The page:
When a clerk grabs the change due from the cash register and plops it in your hand, you would have to do some pretty quick math to know you got the right change.
But when a clerk counts up from the total and stops at the amount tendered, it is a relief for you and a guarantee for her that the amount is correct. Not everyone is a natural with numbers so I’ll outline the steps to make it easy.
Why Employees Need to Know How to Count Change Back
- Employees look more professional when they are not confused by simple arithmetic – this reflects on your business!
- When the power goes out, they can handle it. You don’t want to have to close down the shop just because counting change back manually is too hard for your team!
- It’s more accurate. Clerks can use it to double check.
- Employees can fix mistakes. Say a purchase was $2.36. If the customer gives the clerk a fifty but the clerk enters $5 into the cash register by accident, she can figure out the change due on her own.
How to Count Change
Counting change back to a customer is actually pretty easy when you understand what you’re doing.
There are a couple of ways you can count change. First, you can read the number on the cash register and count that amount to the customer. This ensures you grabbed said amount. Second, you can count up from the sale total. This ensures the customer actually gets the right change back.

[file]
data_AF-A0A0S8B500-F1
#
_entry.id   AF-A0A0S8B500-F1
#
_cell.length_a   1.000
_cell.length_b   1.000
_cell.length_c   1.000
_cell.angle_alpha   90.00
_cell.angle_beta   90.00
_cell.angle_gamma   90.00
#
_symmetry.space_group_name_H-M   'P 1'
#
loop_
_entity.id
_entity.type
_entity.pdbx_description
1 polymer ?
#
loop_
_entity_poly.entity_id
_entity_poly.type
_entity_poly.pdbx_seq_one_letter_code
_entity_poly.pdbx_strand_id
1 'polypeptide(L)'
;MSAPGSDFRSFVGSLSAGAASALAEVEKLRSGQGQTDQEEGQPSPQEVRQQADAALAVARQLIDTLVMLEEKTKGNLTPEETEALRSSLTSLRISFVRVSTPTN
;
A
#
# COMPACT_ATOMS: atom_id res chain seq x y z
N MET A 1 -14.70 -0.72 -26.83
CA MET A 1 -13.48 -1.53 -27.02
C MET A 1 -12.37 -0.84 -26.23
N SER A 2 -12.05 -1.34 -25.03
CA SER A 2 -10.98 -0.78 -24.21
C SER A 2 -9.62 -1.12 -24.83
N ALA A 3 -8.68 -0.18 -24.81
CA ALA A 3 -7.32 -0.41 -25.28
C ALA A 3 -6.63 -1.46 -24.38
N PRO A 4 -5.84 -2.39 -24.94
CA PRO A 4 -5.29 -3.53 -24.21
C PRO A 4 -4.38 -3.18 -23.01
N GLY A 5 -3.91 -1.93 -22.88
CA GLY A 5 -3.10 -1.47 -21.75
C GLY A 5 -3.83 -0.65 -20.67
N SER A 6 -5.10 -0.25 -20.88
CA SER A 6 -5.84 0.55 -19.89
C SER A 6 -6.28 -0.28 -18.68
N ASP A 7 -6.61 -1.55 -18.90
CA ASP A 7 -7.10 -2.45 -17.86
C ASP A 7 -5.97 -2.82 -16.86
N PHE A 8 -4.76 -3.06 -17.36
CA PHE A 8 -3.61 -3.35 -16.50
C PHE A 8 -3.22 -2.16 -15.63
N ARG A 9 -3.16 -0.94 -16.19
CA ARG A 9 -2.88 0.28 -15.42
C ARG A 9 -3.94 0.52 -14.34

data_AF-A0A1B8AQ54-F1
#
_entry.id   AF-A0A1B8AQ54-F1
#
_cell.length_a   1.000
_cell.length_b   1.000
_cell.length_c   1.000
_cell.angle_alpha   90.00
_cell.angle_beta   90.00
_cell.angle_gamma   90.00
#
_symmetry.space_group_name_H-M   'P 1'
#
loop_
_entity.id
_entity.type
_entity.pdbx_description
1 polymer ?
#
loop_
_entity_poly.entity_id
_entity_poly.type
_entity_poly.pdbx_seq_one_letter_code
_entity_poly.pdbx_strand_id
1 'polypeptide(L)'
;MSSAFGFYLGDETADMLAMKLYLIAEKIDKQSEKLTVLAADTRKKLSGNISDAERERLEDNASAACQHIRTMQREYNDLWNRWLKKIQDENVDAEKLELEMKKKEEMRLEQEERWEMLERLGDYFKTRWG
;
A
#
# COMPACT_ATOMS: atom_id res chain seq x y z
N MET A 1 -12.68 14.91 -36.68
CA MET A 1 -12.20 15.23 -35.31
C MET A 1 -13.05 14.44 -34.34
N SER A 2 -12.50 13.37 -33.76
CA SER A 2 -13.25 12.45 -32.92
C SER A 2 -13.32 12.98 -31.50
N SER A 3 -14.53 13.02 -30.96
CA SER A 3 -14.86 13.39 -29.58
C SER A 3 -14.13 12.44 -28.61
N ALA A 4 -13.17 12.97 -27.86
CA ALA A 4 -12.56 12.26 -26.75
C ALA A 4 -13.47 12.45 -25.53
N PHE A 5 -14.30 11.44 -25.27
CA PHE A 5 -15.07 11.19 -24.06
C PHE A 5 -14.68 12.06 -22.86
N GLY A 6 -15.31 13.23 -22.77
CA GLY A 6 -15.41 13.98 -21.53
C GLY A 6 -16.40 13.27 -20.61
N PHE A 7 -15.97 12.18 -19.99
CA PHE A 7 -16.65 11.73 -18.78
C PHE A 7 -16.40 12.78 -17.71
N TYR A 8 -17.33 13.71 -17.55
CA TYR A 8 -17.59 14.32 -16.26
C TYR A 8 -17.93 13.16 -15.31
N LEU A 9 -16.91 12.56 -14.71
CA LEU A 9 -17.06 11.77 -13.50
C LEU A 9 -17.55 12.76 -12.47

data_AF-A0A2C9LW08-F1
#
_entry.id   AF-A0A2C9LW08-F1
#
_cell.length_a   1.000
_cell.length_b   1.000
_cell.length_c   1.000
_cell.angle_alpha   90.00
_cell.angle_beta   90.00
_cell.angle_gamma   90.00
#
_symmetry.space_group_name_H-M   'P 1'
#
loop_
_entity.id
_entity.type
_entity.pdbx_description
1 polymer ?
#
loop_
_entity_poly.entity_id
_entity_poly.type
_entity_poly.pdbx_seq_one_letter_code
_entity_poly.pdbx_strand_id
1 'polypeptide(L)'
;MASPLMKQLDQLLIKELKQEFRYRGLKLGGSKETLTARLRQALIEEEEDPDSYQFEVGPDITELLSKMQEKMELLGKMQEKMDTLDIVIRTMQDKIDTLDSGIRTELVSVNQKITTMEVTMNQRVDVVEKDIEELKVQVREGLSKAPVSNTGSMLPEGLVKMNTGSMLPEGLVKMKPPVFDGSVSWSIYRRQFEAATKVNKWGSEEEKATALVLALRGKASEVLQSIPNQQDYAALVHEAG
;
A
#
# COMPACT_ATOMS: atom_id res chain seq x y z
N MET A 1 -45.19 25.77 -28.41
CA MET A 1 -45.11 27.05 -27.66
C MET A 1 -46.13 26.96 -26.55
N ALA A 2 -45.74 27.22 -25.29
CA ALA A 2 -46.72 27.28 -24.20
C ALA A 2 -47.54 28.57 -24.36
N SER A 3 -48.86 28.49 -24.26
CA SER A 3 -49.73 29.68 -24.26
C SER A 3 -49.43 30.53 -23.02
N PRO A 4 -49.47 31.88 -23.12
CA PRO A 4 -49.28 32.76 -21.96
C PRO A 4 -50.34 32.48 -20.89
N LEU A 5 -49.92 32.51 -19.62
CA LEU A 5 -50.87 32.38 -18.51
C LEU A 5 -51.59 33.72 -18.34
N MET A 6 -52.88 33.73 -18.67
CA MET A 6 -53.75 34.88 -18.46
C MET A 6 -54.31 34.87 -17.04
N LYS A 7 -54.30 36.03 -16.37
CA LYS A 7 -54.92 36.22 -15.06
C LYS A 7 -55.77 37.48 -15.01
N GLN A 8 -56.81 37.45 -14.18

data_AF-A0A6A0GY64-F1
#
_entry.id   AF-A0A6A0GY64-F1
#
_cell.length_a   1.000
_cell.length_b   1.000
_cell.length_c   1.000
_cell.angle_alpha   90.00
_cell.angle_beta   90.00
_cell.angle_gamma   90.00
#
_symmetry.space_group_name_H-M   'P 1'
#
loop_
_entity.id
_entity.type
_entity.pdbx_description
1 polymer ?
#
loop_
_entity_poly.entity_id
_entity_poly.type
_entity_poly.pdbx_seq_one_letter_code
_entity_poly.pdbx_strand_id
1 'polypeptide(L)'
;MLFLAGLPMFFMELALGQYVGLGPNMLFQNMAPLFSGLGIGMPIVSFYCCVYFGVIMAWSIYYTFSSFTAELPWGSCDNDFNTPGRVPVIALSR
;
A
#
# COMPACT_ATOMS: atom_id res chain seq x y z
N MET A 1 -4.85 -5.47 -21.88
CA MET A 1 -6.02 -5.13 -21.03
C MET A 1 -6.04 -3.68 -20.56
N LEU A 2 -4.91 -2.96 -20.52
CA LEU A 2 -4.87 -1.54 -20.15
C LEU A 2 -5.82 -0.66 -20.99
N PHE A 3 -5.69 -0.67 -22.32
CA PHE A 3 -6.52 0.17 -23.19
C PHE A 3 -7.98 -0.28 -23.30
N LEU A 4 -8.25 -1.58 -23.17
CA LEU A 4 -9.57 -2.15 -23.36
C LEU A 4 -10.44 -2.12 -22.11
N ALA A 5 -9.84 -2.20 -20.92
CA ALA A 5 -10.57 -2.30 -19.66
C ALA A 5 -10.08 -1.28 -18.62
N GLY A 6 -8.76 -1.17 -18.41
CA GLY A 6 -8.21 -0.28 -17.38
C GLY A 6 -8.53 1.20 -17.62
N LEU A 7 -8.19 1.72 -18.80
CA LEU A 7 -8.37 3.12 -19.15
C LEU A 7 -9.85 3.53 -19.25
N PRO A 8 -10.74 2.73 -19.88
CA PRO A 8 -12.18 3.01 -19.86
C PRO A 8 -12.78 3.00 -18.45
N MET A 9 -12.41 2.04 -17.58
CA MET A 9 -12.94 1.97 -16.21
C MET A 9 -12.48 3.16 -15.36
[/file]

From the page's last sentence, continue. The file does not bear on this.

The number on the cash register:
If you count the number on the cash register, all you’re really doing is ensuring that you got that amount from the register. But what if you entered the amount incorrectly to begin with? Then your cash register’s displayed amount will be wrong and so will the amount you hand to the customer.
Counting up from the amount tendered:
There is no way you can go wrong with this method. Let’s say the total is $7.38. The customer hands the clerk a twenty. She doesn’t have to know what the change is going to be – she doesn’t have to do any subtraction. All she needs to do is count up from $7.38.
Steps to Count Change
1. Start with the pennies to reach a multiple of 5 or 10.
2. Next use a nickel or a dime as you get to a multiple of 25.
3. Use quarters until you reach a dollar.
4. Use one-dollar bills until you reach a multiple of 5 or 10.
5. Use five-dollar bills until you reach 10 or ten-dollar bills until you reach 20.
Example: the process looks like this
The clerk counts to herself 7.39, 7.40, as she takes two pennies. 7.50, as she takes a dime. 8.00, as she takes two quarters. 9.00, 10.00, as she takes two ones. 20.00 as she takes a ten. Then she should count it back to the customer in the same way. Rather than offering the customer $12.62, she should count it back from the total.
The tricky part is grabbing the right coins in order to give the least amount of coins back to the customer. Nobody wants to walk away with a bunch of dimes and nickles, say, and no quarters. Let’s try a harder one:
The sale price is $5.61 and the customer gives the clerk $10.01. In this case, the customer wants to avoid getting pennies back, so the clerk should put the penny in the drawer and consider the sale amount is now $5.60. Now the clerk will count to herself, 5.70, as she takes a dime. 5.75, as she takes a nickel. 6.00, as she takes a quarter. 7.00, 8.00, 9.00, 10.00, as she takes 4 ones.